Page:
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© socVJ S.Ingh
Sociological Research Topics
– Study the influence that society has on people’s attitudes and behavior – Seek to understand ways in which people interact and shape society
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Sociology and Common Sense
Sociologists do not accept something as fact because “everyone knows it” Findings are tested by researchers, analyzed in relation to other data, and evaluated with sociological theory
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actions. or behavior – Effective theories have explanatory and predictive power – Durkheim’s work on suicide provides a classic case of sociological theory at work © socVJ S.Ingh 4 .What Good Is Sociological Theory? • Theory: set of statements that seeks to explain problems.
choosing a research design. formulating a hypothesis. They have an obligation to protect their research subjects from risk and harm and to protect these subjects’ rights and dignity.Ingh 5 . collecting the data.Sociological Research Method and Ethics The scientific method includes selecting a researchable problem. reviewing the literature. analyzing the data. It is important that sociologists observe the ethics of their discipline in carrying out research. creating an operational definition. © socVJ S. and stating conclusions.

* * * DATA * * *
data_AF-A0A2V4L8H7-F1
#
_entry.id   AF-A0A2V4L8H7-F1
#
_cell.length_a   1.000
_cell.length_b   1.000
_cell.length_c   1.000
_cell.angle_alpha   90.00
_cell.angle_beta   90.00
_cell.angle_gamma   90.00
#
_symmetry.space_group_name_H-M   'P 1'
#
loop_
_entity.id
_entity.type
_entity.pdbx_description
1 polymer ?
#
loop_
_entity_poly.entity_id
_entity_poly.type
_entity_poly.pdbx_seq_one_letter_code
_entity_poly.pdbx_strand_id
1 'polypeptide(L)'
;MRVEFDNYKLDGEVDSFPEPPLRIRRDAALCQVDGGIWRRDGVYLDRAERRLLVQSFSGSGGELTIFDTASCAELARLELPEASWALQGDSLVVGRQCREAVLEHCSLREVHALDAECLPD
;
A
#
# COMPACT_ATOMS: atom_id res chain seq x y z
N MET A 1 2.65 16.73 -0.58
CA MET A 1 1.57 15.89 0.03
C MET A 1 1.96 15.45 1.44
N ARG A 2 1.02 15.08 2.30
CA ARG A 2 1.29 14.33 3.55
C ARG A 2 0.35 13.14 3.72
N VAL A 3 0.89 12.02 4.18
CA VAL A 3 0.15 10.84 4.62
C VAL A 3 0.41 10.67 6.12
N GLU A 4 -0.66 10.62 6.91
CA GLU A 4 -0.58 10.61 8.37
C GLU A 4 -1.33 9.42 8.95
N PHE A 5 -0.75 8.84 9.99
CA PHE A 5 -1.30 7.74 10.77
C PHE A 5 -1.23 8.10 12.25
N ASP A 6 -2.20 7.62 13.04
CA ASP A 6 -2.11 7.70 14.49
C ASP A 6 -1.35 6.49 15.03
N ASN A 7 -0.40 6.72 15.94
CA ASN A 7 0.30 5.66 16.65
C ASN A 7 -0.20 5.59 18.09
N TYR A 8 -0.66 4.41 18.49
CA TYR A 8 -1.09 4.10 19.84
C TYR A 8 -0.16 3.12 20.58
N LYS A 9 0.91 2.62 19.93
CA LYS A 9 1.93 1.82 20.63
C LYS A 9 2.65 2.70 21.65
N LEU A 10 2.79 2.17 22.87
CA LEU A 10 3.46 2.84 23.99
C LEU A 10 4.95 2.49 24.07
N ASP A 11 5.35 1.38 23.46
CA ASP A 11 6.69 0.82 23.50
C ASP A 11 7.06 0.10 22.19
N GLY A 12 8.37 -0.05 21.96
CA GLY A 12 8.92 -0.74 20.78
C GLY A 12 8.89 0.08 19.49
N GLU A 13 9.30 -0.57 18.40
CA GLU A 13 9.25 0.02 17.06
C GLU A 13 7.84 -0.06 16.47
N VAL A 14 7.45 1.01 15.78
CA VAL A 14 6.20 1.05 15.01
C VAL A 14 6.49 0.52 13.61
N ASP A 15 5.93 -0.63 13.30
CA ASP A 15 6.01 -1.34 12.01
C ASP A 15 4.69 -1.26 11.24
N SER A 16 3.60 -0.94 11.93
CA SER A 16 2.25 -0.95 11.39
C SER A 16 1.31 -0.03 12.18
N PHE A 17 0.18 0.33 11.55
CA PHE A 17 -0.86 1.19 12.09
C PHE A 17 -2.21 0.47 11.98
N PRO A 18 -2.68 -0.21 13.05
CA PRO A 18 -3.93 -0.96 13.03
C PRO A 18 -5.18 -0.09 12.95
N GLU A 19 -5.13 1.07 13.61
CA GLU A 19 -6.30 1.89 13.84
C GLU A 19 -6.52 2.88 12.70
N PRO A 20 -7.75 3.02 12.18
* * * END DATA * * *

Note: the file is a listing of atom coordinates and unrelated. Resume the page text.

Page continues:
Scientific knowledge is based on empirical evidence. .Ingh 6 . . it is what we know that is not true. not common sense. a logical system that bases knowledge on direct. systematic observation. -It is not what we do not know that get us into trouble.Scientific sociology is the study of society based on systematic observation of social behavior. ● Is there such a thing as objective reality?? © socVJ S. information we can verify with our data. ● Scientific evidence sometimes contradicts common sense explanations of social behavior.Sociology and Science ● Sociology is a type of science.